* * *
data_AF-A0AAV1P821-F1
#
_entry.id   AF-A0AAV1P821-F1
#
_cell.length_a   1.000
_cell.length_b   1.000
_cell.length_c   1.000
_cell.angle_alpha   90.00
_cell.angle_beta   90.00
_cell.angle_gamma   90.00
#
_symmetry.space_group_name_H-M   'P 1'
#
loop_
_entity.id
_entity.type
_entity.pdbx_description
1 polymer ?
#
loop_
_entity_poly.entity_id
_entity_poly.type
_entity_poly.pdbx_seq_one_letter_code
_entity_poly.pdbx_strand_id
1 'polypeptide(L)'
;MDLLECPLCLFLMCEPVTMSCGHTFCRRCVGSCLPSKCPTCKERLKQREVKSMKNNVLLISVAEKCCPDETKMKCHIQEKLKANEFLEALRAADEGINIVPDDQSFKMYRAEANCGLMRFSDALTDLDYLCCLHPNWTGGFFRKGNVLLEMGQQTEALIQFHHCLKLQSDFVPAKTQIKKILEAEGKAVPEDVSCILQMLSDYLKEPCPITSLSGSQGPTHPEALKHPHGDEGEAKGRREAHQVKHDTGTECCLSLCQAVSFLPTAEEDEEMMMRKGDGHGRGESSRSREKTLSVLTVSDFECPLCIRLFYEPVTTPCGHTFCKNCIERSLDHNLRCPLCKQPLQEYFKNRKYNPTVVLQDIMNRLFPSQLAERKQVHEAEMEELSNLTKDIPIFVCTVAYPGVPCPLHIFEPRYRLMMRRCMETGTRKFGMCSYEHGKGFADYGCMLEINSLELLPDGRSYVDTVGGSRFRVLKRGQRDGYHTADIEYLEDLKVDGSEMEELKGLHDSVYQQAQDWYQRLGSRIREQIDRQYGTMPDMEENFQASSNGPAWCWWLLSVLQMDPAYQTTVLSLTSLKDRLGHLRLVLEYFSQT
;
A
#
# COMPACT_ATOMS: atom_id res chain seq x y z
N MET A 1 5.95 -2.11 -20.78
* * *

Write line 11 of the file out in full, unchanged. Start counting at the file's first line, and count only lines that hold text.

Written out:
#